Call it “greenwrapping.” From popcorn to peanut butter, from tuna to tea, the fancy food biz is increasingly looking to sustainable packaging to attract green-conscious consumers. Organic ingredients are no longer sufficient for green cred. What’s outside the product is starting to matter as much as what’s inside.
Tuna has made headlines in years past as a controversial catch, but now it’s the cans that are cause for conservationist’s contemplation. Metal cans use up more raw material than plastic pouches do, and they require more energy to transport. Now, Sea Fare Pacific is bucking tradition by packing wild-caught fish in sleek eco-friendly, BPA-free pouches.
Popcorn bags may seem inconspicuous enough, but they’re increasingly drawing scrutiny. It turns out that many commercial microwave popcorn bags are lined with PFOA, which the FDA labels a toxin. Other sketchy stuff in the bags ranges from plastics to Teflon, not to mention artificial butter substitutes. Into the breach Quinn Popcorn arrived with a Kickstarter campaign and plans to clean up the much-beloved snack.
Here’s how the Quinn founders’ site describes their mission: “First, we tackled the bag. Gone are the chemical coatings (PFOA, PFCs, Poly, etc.). We even pulled out the susceptor (gray metal/plastic patch). What’s left is a bag that’s made from paper and paper alone. Well, it is special paper that is pressed to make it grease proof. That wasn’t easy to figure out. Did we mention, it’s even compostable?”
Bags are bound for even more change. Pipcorn of Brooklyn is another new-style popcorn company selling mini popcorn made from hull-less kernels. It comes in hand-stamped, simple paper bags.
Even tea packaging can be greened-up. Numi now packs organic tea in biodegradable filter paper. And wine bottlers have gotten into the green game, too. Alternative Organic Wine commissioned a super-green wine bottle from The Creative Method, an Australian design firm. The resulting package — which won a 2012 design award from The Dieline, a leading package-design blog was organic from head to foot. It included balsa wood, organic string and wax, and even organic inks for the bottle’s images.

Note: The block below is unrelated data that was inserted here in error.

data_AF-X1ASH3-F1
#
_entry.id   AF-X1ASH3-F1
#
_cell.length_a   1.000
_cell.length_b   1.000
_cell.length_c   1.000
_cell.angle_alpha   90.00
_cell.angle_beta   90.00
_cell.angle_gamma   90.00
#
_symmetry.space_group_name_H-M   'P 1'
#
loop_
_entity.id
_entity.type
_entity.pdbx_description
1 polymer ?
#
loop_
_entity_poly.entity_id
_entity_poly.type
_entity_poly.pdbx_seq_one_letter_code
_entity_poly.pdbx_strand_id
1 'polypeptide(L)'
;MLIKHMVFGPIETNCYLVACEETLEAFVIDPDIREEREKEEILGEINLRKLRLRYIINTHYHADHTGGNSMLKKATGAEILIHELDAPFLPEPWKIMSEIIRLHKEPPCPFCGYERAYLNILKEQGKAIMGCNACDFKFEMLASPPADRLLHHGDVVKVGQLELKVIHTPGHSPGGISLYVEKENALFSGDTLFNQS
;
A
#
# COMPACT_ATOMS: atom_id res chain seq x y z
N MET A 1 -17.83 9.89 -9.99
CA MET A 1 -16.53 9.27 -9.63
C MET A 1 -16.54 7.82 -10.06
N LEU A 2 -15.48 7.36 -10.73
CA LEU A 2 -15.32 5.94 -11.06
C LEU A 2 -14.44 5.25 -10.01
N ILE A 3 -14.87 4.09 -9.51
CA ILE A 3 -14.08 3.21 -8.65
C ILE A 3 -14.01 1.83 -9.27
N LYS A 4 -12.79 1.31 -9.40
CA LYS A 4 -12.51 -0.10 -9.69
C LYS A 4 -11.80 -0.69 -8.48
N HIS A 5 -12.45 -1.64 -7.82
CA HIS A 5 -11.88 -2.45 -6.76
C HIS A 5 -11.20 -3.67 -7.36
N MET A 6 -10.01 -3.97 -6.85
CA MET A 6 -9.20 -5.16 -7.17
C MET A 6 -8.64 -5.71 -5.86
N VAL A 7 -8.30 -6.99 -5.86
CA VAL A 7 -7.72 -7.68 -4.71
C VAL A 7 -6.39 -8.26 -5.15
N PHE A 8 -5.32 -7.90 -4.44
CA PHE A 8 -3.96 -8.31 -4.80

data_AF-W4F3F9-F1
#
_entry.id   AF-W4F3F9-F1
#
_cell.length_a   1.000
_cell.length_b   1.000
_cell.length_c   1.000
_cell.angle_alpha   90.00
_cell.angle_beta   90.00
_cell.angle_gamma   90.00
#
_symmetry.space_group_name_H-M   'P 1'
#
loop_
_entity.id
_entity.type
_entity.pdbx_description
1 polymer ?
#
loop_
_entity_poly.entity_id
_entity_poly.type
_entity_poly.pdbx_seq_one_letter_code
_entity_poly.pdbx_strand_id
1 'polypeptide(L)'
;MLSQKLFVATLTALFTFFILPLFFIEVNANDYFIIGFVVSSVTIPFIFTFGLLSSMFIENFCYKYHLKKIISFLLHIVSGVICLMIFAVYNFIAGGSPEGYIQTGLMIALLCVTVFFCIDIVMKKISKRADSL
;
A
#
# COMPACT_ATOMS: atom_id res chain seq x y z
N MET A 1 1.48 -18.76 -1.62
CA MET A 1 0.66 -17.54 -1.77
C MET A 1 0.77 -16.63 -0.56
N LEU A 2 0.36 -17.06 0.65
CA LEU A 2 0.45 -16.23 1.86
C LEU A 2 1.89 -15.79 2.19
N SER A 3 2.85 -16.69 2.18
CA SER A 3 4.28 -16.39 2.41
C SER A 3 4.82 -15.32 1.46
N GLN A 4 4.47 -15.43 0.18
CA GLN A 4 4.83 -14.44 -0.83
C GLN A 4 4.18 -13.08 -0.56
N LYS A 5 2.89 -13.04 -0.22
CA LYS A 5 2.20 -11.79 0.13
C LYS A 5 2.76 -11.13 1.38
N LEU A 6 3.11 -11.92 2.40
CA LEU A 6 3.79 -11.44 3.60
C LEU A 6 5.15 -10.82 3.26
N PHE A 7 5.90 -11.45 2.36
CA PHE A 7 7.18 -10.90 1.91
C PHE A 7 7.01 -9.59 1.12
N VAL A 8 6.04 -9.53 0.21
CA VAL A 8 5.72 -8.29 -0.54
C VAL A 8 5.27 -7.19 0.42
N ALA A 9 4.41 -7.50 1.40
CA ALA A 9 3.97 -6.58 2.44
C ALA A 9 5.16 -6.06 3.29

Creative packaging comes in myriad shapes and sizes. Morning Ritual packs its organic strained yogurt with a bamboo bowl and spoon set, while peanut butter up-and-comer Justin’s uses already-recycled plastic for its jars.
Sustainability-conscious retailers looking to deliver fresh goods outside of their local markets face another challenge: how to ship temperature-sensitive materials without compromising their green ethos. Thermopod offers a solution in the form of biodegradable, temperature-controlled packaging made of recycled textile fibers. Thermopods come in crates and envelopes of varying sizes designed to protect everything from organic foods to chilled wine.
For organic food purveyors already focused on premium consumers with a discerning eye for sustainability, the recent wave of greenwrapping is just the start. A survey last summer by research and consulting firm EcoFocus found that more than two thirds of those who shop for natural and organic foods consider it important to choose foods packaged responsibly. Whatever they’re buying, they want it green.
More from UPS:
- A Supply Chain for Temperature-Sensitive Pharmaceuticals Starts with Logistics
- Sustainability: Packaging Matters
- Sustainability Is a Key to Long-Term Success - Jeremy Caplan, Forbes